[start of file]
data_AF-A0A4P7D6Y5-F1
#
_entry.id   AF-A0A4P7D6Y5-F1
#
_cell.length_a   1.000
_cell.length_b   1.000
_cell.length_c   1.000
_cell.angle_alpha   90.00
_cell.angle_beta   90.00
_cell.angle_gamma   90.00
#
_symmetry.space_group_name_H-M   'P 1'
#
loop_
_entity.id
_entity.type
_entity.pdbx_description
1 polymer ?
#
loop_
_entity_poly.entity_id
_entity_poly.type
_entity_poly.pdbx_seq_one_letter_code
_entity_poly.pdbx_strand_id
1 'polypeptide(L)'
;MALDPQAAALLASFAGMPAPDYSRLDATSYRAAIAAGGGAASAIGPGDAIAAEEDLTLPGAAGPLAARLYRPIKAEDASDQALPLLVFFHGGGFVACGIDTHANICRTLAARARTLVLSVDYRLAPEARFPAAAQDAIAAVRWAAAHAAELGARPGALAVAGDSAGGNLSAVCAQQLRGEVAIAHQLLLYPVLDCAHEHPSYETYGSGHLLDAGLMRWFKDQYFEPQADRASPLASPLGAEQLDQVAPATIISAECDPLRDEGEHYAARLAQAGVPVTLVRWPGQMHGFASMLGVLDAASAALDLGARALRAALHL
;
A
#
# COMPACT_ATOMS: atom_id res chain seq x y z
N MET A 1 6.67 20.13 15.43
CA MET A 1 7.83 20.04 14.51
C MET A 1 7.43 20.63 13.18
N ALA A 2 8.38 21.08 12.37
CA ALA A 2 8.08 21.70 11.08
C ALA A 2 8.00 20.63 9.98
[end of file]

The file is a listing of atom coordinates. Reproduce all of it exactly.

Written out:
data_AF-A0A4P7D6Y5-F1
#
_entry.id   AF-A0A4P7D6Y5-F1
#
_cell.length_a   1.000
_cell.length_b   1.000
_cell.length_c   1.000
_cell.angle_alpha   90.00
_cell.angle_beta   90.00
_cell.angle_gamma   90.00
#
_symmetry.space_group_name_H-M   'P 1'
#
loop_
_entity.id
_entity.type
_entity.pdbx_description
1 polymer ?
#
loop_
_entity_poly.entity_id
_entity_poly.type
_entity_poly.pdbx_seq_one_letter_code
_entity_poly.pdbx_strand_id
1 'polypeptide(L)'
;MALDPQAAALLASFAGMPAPDYSRLDATSYRAAIAAGGGAASAIGPGDAIAAEEDLTLPGAAGPLAARLYRPIKAEDASDQALPLLVFFHGGGFVACGIDTHANICRTLAARARTLVLSVDYRLAPEARFPAAAQDAIAAVRWAAAHAAELGARPGALAVAGDSAGGNLSAVCAQQLRGEVAIAHQLLLYPVLDCAHEHPSYETYGSGHLLDAGLMRWFKDQYFEPQADRASPLASPLGAEQLDQVAPATIISAECDPLRDEGEHYAARLAQAGVPVTLVRWPGQMHGFASMLGVLDAASAALDLGARALRAALHL
;
A
#
# COMPACT_ATOMS: atom_id res chain seq x y z
N MET A 1 6.67 20.13 15.43
CA MET A 1 7.83 20.04 14.51
C MET A 1 7.43 20.63 13.18
N ALA A 2 8.38 21.08 12.37
CA ALA A 2 8.08 21.70 11.08
C ALA A 2 8.00 20.63 9.98